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11 Reasons Why Your Direct Mail Program Failed

Direct mail program failDirect mail is a powerful communication tool with amazing targeting abilities and the potential to reach people that can’t be reached online. When they work, they work well; but when they fail, it can hit your brand hard. Many people blame direct mail failure on the rise of social media use, but most of the time it comes down to poor planning, bad timing and a variety of other factors. We asked our team of marketers, strategists and designers for their input as to why direct marketing programs fail.
Here’s what we had to say:

1. Your direct mail piece is a needle in a haystack. When your audience is sorting their mail, size matters. Small postcards are cheap to send, but they’re also more likely to be dwarfed by the catalogs, coupon books, magazines and even bills. To make sure your direct mail isn’t put in the junk pile, you need to think big. Oversized postcards may be more expensive to print and mail, but they’ll get noticed.

2. Targeting the wrong prospects. The single most important rule for successful direct marketing is to target people who look most like your best customers. Marketing to people who don’t have a strong interest in your product or service, or the authority to purchase, is like throwing money away.

3. It was all about you. Don’t tell them what you think they should know about you… tell them what’s in it for them (and why they should care).

4. You played the “name game”—and lost. If you get your recipient’s name wrong, it’s going in the shredder, period. Personalization is a great way to make your direct marketing messages more personal, but make sure you have the names right!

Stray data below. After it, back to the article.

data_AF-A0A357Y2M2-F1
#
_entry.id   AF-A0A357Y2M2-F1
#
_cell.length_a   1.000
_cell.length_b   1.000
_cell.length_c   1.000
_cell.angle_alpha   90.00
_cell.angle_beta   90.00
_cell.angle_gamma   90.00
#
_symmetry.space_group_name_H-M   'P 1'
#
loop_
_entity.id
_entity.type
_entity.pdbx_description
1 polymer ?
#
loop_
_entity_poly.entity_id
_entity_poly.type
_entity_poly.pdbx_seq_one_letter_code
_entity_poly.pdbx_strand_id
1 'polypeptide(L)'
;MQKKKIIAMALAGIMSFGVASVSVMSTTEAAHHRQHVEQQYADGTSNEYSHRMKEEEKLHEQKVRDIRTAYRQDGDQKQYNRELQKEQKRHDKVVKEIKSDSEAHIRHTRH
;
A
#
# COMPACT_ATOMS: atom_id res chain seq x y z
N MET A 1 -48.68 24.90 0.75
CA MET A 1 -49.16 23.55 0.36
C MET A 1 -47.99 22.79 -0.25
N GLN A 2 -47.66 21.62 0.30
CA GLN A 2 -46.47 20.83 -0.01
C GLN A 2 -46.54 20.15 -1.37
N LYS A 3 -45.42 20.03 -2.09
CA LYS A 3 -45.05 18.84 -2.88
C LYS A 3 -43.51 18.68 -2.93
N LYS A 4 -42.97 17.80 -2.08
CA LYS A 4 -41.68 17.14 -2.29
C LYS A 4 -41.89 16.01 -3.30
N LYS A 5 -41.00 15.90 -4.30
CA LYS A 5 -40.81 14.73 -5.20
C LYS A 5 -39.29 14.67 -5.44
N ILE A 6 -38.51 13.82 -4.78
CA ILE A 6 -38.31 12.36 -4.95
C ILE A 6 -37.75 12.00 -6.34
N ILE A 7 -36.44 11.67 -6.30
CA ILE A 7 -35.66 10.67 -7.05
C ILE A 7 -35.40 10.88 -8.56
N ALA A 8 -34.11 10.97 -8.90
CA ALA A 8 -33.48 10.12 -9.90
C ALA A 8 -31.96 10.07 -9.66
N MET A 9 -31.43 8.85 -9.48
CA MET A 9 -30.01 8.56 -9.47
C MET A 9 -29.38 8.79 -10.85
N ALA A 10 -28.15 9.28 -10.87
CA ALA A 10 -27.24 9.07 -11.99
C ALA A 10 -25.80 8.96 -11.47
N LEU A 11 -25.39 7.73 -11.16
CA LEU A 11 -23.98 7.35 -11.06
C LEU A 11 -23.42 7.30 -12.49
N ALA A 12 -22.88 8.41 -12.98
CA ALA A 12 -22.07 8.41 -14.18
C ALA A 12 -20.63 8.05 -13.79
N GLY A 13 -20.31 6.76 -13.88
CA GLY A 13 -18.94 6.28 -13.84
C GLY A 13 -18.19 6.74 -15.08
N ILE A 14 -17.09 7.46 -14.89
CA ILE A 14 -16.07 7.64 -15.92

5. It is not interactive. Interactive doesn’t just relate to digital media. Direct marketing pieces can slide, unfold and open to create an experience for the recipient. Interaction gives your audience a reason to engage with your direct mail.

6. You weren’t there when it mattered. More often than not, it’s about showing up at the right time; being there when something happens in your prospect’s life that creates a need for your product/service. Since you can’t always predict when that is, you need to mail with some frequency. This keeps you top of mind and stimulates an action.

7. You sent your direct mail to everyone. Smart direct marketers target who gets their mail by more than just location. Put some analytics behind your list and it’ll work a whole lot better.

8. It takes more than one postcard to get noticed. Send different messages with different offers (even in different formats) can turn heads and make your brand more memorable.

9. Your offer didn’t make the cut. Getting the right offer in front of your targets can change your response rate from 1% to 6%, which makes a huge impact on the return on investment. Let your initial offer expire four to six weeks after receipt to create a sense of urgency.

10. You went too far. In any retail establishment, including banking, there’s a “distance decay” factor. The farther the person is from the location, the less likely they are to go.

11. You wrote a book. Less is more when it comes to copy. Going through the mail is (hopefully) not the highlight of someone’s day, so you only have a limited amount of time to get his or her attention. Get straight to the point.

This is just a start. What would you add to the list?

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Creative Resource Director

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